In addition, the global perspective of School as demonstrated by offerings like the Global Elective Immersions, was alluring.
“The Research Triangle is a nice area to be in,” says Keller. “I felt it was a good fit. Being a professor at UNC Kenan-Flagler helped me extend beyond what I had done before.”
Research is a focal point in Keller’s career, and his work has been published in top journals. He studies private label marketing, retailing, branding, marketing-mix effectiveness and innovation.
The transition of private labels into true consumers-packaged goods brands is an area of special interest.
“We buy the store brands because they are cheaper knock offs of products we know,” says Keller. “But they have come a long way over the years. They keep growing.”
So, Keller pays attention to how they should innovate. For example, should they make little changes to improve on the product or should they go big and make a dramatic change, the kind that might be too assertive for a national brand?
In addition, Keller looks at how brands can address discussions that are relevant and could paint industries in a bad light. For instance, he is looking at how soda companies can change their approach as consumers confront them about reducing sugar consumption. The question is how can soda companies change their brand marketing strategy to address the concerns about sugar? Soft drink manufacturers can reduce the amount of sugar in their existing recipes. Or they can opt to sell smaller cans of soda so that there is less sugar consumption in one serving, he says.
Finally, Keller has shown interest in understanding the relationship between marketing and going green. One topic he is studying is how air pollution effects purchasing decisions. Keller explains that studies have already shown a connection between increased pollution and more crime. So, he is trying to determine whether impaired cognitive effects that are a result of pollution will make people more susceptible to promotion.
The Kellers stay busy at home, too, with twins, Mika and Leon, born at UNC Hospitals in 2017. Still new to the U.S., they did not know what to expect. Keller fondly recalls one doctor, who had lived abroad and helped the couple translate their vaccination records. Welcoming their children into the world at UNC turned out better than they had imagined.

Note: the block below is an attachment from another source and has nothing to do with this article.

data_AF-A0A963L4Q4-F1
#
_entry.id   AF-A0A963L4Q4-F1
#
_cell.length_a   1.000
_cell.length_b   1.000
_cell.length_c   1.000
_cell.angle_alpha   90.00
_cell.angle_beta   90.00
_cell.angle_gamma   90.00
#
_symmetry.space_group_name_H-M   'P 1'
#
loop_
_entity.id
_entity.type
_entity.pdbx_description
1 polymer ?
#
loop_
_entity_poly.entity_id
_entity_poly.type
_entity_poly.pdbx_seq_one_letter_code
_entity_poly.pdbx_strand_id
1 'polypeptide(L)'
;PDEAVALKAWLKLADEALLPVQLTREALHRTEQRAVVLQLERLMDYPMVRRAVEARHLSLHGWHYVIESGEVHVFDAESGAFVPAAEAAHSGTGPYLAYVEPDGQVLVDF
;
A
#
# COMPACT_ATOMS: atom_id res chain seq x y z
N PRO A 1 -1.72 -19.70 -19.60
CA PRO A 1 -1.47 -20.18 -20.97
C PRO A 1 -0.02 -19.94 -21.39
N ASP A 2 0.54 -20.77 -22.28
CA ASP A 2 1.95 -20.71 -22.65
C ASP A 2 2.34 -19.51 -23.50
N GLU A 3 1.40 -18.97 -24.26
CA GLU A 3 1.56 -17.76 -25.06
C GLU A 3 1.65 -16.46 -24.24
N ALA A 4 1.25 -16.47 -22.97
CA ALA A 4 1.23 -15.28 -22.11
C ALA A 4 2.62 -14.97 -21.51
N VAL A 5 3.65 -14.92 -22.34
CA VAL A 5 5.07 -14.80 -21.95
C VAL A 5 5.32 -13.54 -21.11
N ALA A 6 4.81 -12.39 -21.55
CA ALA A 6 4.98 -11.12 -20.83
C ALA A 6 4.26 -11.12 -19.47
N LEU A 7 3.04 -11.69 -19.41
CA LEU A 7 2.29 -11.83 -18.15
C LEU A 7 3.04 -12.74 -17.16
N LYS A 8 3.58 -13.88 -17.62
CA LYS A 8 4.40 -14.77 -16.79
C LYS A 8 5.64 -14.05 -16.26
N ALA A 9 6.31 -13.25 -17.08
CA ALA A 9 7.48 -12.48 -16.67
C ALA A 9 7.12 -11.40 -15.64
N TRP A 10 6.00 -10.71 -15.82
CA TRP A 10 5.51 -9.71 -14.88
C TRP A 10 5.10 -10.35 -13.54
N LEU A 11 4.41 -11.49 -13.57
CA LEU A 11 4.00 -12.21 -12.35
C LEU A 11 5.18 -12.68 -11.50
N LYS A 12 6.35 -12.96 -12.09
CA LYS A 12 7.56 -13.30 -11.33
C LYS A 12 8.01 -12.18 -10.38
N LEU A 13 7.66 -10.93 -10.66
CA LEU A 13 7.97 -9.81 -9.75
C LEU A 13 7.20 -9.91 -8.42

“We had a wonderful experience and are proud to have two little Tar Heels at home,” he says.
Already, they are instilling a love of travel and appreciation for a global perspective in their kids. They took the twins to Europe for the first time when they were 8 months old. “We like to think of ourselves as ‘global citizens’: My wife is Polish, I’m German, the boys have three nationalities and speak three languages. It is important for us to introduce them to different cultures, have open minds and develop cultural awareness,” he says.
Even though the pandemic put a damper on their globetrotting, the family still takes road trips to discover places in the Carolinas and Virginia.
“It’s so important to show them that there are other ways of living,” says Keller.
Spending time outdoors is also a favorite pastime. In his first two years on campus, Keller commuted by bicycle. Now, cycling is a hobby rather than a necessity.
“I can’t wait for the kids to ride their bikes,” says Keller. “I enjoy being outside exploring North Carolina’s beauty.”